BOLINAS, Calif. &

Trailing Alice Waters through a Marin County garden, watching her gather fragrant pea blossoms and lemon verbena, it is easy to believe the tide is turning against America's mac-and-cheese culture.




In this wealthy rural enclave, there are no Starbucks or Wal-Marts. It is home to uber-eco rancher Bill Niman; small farms are nestled into hillsides; the shelves of the co-op are stocked with local, organic greens.




Yet Waters knows that to the east lies a nation starved for time, bloated with fast food and mostly ignorant of her effort to make people think more about where, how and by whom their food is produced.




Still, the grand dame of the so-called "slow food" movement sees evidence of progress nationwide: Bustling farmers markets. Bans on trans fats. Greater awareness of food sources, albeit driven by waves of food contamination scares.




"All kinds of things are going on that are pushing people into this slow food place," she says.




Even, perhaps, slow food itself. After years of lurking, barely a shadow of its European counterpart, Slow Food USA is about to make its first major foray into the U.S. cultural and political scenes. Tens of thousands of people are expected to attend Slow Food Nation over Labor Day weekend in San Francisco, a Woodstock-like festival and symposium meant to underscore the connection between planet and plate.




It's the first serious test of whether Slow Food &

a philosophy born in Europe and often hobbled by a snob factor &

can evolve into a movement capable of altering the appetite of the average American.




"We don't want (the slow food movement) to be about celebrity chefs and fancy restaurants," Waters says.




To that end, organizers have worked hard to mainstream their message, offering forums highlighting everyday and heirloom foods from the South and Southwest, as well as discussions about eating well on a budget.




There even is a partnership with the Food Network, which is planting a mini-garden for children within a larger "victory garden" on display at San Francisco City Hall for the festival.




The network is using the garden &

and the Slow Food event as a whole &

to announce the launch of a series of sustainable schoolyard gardens it will build around the nation, an effort first hatched by Waters 14 years ago and carried on today by her Chez Panisse Foundation.




Slow food is terra nova for the network, and much of the nation, says Carrie Welch, a spokeswoman for the network, which caters to those seeking the fun, fast and entertaining side of food. "This is something very new for a lot of people in the mainstream."




If Slow Food remains just the fascination of the well-to-do gourmet set, it will fail to get the social traction enjoyed by its European counterpart, which was born during the late 1980s out of despair over the fast fooding of Italy.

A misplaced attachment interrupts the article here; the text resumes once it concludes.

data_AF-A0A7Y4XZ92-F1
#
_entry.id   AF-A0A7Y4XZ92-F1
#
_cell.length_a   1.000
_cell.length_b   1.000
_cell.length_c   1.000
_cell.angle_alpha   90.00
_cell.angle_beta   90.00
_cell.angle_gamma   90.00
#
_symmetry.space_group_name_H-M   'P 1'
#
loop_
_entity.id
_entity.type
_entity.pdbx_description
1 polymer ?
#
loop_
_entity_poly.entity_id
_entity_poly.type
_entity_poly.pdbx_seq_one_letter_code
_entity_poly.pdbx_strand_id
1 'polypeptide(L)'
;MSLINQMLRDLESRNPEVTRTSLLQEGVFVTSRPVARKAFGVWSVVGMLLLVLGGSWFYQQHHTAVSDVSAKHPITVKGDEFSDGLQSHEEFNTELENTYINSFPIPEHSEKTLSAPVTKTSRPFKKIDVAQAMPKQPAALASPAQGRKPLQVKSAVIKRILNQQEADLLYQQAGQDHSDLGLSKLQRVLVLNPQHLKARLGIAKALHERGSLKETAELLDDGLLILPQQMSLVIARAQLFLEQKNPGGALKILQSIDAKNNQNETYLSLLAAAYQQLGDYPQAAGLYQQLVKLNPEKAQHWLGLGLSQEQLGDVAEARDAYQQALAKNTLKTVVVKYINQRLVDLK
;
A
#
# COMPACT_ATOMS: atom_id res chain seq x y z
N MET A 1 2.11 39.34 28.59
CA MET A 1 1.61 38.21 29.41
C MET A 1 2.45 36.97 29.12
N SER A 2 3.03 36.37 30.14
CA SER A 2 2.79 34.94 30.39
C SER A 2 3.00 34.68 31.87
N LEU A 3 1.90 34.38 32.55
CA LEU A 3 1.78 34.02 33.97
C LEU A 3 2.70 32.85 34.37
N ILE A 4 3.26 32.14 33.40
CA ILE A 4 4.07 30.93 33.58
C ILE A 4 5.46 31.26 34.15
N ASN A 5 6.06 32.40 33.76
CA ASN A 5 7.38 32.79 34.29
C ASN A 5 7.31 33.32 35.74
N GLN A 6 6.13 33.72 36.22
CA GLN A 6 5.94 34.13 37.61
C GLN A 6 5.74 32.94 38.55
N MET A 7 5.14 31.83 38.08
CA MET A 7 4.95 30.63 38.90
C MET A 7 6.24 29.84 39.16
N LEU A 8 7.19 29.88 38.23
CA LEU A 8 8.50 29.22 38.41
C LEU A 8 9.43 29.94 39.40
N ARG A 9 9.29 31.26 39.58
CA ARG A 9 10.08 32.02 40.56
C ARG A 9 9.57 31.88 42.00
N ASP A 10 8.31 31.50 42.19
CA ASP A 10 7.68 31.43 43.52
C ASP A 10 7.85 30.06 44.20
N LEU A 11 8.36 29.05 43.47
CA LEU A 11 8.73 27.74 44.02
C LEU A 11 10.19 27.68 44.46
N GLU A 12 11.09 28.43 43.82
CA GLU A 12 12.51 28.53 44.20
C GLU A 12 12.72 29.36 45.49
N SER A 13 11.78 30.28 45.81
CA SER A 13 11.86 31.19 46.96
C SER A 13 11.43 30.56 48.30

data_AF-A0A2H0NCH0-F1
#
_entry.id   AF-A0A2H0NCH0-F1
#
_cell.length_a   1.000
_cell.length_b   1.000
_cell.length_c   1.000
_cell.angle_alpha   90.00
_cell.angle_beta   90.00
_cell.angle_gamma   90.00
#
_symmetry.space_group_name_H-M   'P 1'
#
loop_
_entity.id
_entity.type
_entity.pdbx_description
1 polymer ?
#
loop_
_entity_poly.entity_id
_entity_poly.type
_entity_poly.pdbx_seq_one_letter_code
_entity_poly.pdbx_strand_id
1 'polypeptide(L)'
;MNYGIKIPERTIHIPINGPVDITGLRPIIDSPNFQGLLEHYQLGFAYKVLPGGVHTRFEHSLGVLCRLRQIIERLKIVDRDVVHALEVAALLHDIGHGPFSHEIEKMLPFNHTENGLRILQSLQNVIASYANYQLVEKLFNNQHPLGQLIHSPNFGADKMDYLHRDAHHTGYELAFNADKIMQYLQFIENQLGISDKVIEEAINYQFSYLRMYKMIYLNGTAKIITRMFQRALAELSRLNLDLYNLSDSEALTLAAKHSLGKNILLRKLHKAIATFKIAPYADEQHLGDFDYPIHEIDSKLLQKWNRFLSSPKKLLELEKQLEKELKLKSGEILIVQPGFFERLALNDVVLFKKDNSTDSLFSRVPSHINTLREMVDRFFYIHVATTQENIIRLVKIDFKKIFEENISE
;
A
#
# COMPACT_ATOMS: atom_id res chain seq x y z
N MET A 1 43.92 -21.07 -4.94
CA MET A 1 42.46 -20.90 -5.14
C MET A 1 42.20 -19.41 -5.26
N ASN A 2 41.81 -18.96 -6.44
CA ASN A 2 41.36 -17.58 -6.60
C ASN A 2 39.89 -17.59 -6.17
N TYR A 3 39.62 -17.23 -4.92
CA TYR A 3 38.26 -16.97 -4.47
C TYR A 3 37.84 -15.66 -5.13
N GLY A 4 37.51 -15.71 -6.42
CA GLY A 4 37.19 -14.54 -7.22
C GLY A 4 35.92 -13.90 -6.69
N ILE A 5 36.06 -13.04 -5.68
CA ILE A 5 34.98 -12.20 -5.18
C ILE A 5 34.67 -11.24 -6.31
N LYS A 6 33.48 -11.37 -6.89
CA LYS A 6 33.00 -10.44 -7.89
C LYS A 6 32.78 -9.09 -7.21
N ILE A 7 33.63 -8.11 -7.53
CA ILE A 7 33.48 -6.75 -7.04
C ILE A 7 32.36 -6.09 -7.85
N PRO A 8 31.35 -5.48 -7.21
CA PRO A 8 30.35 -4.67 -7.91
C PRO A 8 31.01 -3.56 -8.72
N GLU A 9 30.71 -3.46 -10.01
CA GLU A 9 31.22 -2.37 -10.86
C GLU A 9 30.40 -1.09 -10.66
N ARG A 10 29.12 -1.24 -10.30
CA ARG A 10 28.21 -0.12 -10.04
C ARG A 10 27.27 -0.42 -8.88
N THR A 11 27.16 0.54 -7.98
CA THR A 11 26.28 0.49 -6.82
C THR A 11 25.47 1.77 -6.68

But if Waters and other organizers can persuade the home cooks who hang on Rachael Ray's every EVOO to care about where and how their food is produced before it becomes a 30-minute meal, the changes could be seismic.




Waters knows it's a mountainous if. Americans resent paying more for food, even for higher quality, she says.




"This food gets lumped into, 'It's only for the people who want to pay the price,'" Waters says. "But you know, people are willing to pay it on Nike shoes and cell phones and God knows what else they'll pay it on.




"They don't see that if you don't pay up front, you pay out back: You're going to pay in your health, and in the loss of your culture and in the pleasure of your life."




At its core, Slow Food is a pushback against fast food, a response to the industrialization of eating and an effort to refocus on local, artisanal and heritage foods. It is meant to foster concern about where food comes from, how it is produced, who is producing it and how they are treated while doing so.




"For me it means really bringing people to those difficult ideas of biodiversity and sustainability through the pleasure of the table," Waters says.




In the garden, Waters had picked a bouquet of flowers and herbs and had pressed them, one by one, into a reporter's hands, then arranged them in a drinking glass borrowed from her celebrated restaurant, Chez Panisse in Berkeley.




"You smell these flowers and lemon verbena and basil &

it's intoxicating," she says, with a wave to the bouquet now on the table of a cottage she is borrowing for a vacation. "You don't need the rhetoric. You just need the plate of food."




Waters makes it sound easy, but the space to contemplate these ideals is a rare commodity for most people. Who has time to hunt down heirloom tomatoes grown within a day's drive? And can this movement break out of the Bolinas-to-Berkeley belt? Slow Food International is booming in Europe, but just 16,000 people have signed on in the U.S.




"It can't really be defined by the number of people giving their money," Waters says. "But there are many, many people engaged in this kind of thinking, and that's what really counts."




And she continues to think big, still pressing for her longstanding dream of a vegetable garden at the White House.




At a fundraiser for Barack Obama last month, with wife Michelle Obama in attendance, Waters spoke about urging President Clinton early in his presidency to install such a plot on the South Lawn.




It didn't work, but the idea lives on. According to Waters, thousands of people have signed a petition recently urging the leading 2008 candidates to commit to a "first garden." She hasn't secured a commitment yet.




"Back then (in the Clinton years) I just felt like a lone voice, but now people are talking about this idea of a vegetable garden on the White House lawn," she says. "It's the symbolism of it, it's stewardship, caring about what people eat."